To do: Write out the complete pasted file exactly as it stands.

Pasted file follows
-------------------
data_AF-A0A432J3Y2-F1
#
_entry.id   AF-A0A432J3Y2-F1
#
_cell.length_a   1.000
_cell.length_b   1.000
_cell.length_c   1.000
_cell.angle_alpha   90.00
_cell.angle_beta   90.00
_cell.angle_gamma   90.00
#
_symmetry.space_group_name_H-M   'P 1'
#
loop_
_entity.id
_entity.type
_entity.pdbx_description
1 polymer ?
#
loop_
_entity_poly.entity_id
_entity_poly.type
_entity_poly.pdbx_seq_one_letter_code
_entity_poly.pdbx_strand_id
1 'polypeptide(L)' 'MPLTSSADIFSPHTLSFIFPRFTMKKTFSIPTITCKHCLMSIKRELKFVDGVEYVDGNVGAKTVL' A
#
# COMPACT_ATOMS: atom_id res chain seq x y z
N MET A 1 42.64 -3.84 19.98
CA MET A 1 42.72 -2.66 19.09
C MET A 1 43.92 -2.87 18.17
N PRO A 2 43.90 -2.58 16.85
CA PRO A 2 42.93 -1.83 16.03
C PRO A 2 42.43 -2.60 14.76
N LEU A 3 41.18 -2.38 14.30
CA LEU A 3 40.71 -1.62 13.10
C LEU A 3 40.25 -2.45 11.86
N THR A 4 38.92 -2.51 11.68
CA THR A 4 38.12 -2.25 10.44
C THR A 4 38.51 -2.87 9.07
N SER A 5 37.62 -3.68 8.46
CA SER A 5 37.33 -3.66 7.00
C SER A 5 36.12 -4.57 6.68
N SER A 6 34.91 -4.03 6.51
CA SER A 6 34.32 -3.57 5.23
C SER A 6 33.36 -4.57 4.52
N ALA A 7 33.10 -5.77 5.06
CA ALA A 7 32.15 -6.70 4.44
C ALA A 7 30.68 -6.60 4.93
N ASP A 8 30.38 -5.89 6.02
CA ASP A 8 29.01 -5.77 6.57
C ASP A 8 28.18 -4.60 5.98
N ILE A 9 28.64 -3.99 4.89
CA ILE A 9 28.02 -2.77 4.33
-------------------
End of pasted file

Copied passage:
data_AF-A0A432J3Y2-F1
#
_entry.id   AF-A0A432J3Y2-F1
#
_cell.length_a   1.000
_cell.length_b   1.000
_cell.length_c   1.000
_cell.angle_alpha   90.00
_cell.angle_beta   90.00
_cell.angle_gamma   90.00
#
_symmetry.space_group_name_H-M   'P 1'
#
loop_
_entity.id
_entity.type
_entity.pdbx_description
1 polymer ?
#
loop_
_entity_poly.entity_id
_entity_poly.type
_entity_poly.pdbx_seq_one_letter_code
_entity_poly.pdbx_strand_id
1 'polypeptide(L)' 'MPLTSSADIFSPHTLSFIFPRFTMKKTFSIPTITCKHCLMSIKRELKFVDGVEYVDGNVGAKTVL' A
#
# COMPACT_ATOMS: atom_id res chain seq x y z
N MET A 1 42.64 -3.84 19.98
CA MET A 1 42.72 -2.66 19.09
C MET A 1 43.92 -2.87 18.17
N PRO A 2 43.90 -2.58 16.85
CA PRO A 2 42.93 -1.83 16.03
C PRO A 2 42.43 -2.60 14.76
N LEU A 3 41.18 -2.38 14.30
CA LEU A 3 40.71 -1.62 13.10
C LEU A 3 40.25 -2.45 11.86
N THR A 4 38.92 -2.51 11.68
CA THR A 4 38.12 -2.25 10.44
C THR A 4 38.51 -2.87 9.07
N SER A 5 37.62 -3.68 8.46
CA SER A 5 37.33 -3.66 7.00
C SER A 5 36.12 -4.57 6.68
N SER A 6 34.91 -4.03 6.51
CA SER A 6 34.32 -3.57 5.23
C SER A 6 33.36 -4.57 4.52
N ALA A 7 33.10 -5.77 5.06
CA ALA A 7 32.15 -6.70 4.44
C ALA A 7 30.68 -6.60 4.93
N ASP A 8 30.38 -5.89 6.02
CA ASP A 8 29.01 -5.77 6.57
C ASP A 8 28.18 -4.60 5.98
N ILE A 9 28.64 -3.99 4.89
CA ILE A 9 28.02 -2.77 4.33